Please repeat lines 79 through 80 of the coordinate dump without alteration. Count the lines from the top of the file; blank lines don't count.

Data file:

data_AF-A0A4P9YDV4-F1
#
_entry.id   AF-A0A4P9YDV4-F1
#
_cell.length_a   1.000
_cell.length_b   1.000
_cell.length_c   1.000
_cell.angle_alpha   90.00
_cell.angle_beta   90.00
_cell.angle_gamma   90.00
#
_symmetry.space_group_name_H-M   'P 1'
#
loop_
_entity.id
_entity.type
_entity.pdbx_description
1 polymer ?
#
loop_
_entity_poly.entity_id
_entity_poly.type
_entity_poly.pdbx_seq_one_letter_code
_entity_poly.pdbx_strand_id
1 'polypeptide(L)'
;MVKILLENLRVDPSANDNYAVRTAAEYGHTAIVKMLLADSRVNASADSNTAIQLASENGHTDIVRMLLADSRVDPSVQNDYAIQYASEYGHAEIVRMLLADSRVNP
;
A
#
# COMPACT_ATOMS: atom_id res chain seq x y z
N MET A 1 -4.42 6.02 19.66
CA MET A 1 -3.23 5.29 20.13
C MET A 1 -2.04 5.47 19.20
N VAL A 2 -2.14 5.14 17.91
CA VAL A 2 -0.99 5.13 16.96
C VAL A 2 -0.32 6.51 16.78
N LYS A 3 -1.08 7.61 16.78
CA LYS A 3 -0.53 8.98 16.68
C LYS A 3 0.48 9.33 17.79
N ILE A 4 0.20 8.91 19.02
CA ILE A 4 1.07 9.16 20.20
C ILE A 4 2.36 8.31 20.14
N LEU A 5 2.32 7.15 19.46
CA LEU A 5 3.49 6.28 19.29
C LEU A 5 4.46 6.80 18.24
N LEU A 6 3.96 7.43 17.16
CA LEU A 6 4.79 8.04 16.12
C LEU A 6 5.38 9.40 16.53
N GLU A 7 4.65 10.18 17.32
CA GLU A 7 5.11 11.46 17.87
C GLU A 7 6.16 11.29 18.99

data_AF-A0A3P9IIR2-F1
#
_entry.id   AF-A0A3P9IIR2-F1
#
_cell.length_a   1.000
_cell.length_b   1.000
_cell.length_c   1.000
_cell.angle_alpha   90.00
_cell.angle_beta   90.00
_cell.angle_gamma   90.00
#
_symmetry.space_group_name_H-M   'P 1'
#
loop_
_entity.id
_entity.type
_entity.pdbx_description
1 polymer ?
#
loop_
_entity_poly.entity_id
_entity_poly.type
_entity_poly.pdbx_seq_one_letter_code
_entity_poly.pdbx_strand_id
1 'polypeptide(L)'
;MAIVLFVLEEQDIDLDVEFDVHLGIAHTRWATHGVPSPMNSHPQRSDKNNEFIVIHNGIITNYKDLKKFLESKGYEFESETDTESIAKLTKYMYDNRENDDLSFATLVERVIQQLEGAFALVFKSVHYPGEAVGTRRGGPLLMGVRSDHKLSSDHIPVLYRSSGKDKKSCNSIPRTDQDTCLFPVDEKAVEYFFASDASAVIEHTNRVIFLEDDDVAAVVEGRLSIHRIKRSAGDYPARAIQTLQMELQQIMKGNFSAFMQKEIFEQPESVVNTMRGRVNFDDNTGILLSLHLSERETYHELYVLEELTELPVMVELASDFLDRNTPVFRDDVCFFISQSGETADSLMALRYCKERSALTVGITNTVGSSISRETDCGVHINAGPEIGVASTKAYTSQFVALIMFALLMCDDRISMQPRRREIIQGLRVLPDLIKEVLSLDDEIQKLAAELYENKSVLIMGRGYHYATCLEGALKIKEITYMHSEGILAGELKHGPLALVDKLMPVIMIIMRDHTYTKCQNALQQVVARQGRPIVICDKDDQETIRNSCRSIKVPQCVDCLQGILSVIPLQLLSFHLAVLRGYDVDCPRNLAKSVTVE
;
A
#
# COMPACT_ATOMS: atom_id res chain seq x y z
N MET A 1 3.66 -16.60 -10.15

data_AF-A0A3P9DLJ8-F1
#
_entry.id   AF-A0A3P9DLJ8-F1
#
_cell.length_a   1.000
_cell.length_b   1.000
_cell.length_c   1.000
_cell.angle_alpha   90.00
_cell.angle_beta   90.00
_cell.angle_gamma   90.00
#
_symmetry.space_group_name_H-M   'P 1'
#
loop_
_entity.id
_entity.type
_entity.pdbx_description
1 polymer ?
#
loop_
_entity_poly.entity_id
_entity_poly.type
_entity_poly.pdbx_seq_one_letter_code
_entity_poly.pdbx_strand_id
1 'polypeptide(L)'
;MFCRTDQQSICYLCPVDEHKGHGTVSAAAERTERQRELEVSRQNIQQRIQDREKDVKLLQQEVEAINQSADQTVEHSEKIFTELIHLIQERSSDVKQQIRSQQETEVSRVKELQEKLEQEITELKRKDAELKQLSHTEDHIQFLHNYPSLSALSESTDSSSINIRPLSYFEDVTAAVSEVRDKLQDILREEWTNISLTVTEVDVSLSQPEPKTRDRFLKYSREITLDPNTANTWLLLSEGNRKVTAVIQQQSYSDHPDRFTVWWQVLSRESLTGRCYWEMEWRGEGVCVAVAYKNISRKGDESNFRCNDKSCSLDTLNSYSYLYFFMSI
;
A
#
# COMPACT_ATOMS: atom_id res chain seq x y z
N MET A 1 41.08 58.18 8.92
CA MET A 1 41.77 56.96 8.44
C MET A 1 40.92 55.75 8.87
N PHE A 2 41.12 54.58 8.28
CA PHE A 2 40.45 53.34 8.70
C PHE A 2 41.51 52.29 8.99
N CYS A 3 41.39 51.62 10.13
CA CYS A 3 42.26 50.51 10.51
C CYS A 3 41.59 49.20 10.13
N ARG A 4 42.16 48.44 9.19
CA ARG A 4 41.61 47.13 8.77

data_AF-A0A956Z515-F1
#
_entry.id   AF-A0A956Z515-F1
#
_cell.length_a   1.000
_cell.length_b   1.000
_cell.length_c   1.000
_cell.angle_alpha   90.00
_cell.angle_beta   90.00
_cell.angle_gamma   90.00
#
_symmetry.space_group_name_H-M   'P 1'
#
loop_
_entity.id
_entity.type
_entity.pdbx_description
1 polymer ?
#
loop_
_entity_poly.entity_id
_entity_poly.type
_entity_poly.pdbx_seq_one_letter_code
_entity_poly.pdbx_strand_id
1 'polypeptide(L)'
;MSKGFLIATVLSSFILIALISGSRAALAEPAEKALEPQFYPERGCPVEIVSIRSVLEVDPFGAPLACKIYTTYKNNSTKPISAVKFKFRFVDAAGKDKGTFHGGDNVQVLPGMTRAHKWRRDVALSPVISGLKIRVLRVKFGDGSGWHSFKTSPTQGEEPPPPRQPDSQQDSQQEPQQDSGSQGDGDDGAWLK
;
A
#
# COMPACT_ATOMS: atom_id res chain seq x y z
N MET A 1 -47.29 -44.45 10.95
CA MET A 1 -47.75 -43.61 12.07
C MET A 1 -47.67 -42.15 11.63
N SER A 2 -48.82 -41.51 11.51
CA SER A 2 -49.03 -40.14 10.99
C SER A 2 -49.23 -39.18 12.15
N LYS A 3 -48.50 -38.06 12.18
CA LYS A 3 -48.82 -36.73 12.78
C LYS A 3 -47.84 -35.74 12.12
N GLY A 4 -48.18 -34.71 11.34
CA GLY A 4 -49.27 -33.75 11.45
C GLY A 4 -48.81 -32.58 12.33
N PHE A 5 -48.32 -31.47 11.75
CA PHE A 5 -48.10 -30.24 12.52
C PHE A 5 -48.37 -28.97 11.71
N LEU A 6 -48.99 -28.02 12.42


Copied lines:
A
#